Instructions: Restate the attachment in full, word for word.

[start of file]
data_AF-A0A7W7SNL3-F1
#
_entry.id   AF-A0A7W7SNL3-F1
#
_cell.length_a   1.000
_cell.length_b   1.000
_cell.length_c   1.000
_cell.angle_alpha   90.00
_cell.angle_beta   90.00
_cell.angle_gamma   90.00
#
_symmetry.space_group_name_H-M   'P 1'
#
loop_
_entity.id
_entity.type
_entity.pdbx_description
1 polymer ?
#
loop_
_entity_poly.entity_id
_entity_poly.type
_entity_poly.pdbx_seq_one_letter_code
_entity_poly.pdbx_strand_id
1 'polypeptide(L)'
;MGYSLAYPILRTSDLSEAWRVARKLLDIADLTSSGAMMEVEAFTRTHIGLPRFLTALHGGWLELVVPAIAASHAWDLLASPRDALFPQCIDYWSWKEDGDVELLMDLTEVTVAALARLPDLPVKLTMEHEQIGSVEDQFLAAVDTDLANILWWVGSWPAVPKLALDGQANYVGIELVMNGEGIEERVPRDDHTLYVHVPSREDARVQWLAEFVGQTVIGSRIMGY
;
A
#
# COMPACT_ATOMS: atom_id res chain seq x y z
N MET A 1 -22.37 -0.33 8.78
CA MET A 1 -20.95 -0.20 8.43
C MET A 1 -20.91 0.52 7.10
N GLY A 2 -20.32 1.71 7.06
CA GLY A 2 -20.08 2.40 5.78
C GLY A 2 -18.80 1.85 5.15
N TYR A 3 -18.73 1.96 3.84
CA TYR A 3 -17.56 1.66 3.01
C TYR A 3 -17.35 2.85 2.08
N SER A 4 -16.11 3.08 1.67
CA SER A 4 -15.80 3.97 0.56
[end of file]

data_AF-A0A7W7SNL3-F1
#
_entry.id   AF-A0A7W7SNL3-F1
#
_cell.length_a   1.000
_cell.length_b   1.000
_cell.length_c   1.000
_cell.angle_alpha   90.00
_cell.angle_beta   90.00
_cell.angle_gamma   90.00
#
_symmetry.space_group_name_H-M   'P 1'
#
loop_
_entity.id
_entity.type
_entity.pdbx_description
1 polymer ?
#
loop_
_entity_poly.entity_id
_entity_poly.type
_entity_poly.pdbx_seq_one_letter_code
_entity_poly.pdbx_strand_id
1 'polypeptide(L)'
;MGYSLAYPILRTSDLSEAWRVARKLLDIADLTSSGAMMEVEAFTRTHIGLPRFLTALHGGWLELVVPAIAASHAWDLLASPRDALFPQCIDYWSWKEDGDVELLMDLTEVTVAALARLPDLPVKLTMEHEQIGSVEDQFLAAVDTDLANILWWVGSWPAVPKLALDGQANYVGIELVMNGEGIEERVPRDDHTLYVHVPSREDARVQWLAEFVGQTVIGSRIMGY
;
A
#
# COMPACT_ATOMS: atom_id res chain seq x y z
N MET A 1 -22.37 -0.33 8.78
CA MET A 1 -20.95 -0.20 8.43
C MET A 1 -20.91 0.52 7.10
N GLY A 2 -20.32 1.71 7.06
CA GLY A 2 -20.08 2.40 5.78
C GLY A 2 -18.80 1.85 5.15
N TYR A 3 -18.73 1.96 3.84
CA TYR A 3 -17.56 1.66 3.01
C TYR A 3 -17.35 2.85 2.08
N SER A 4 -16.11 3.08 1.67
CA SER A 4 -15.80 3.97 0.56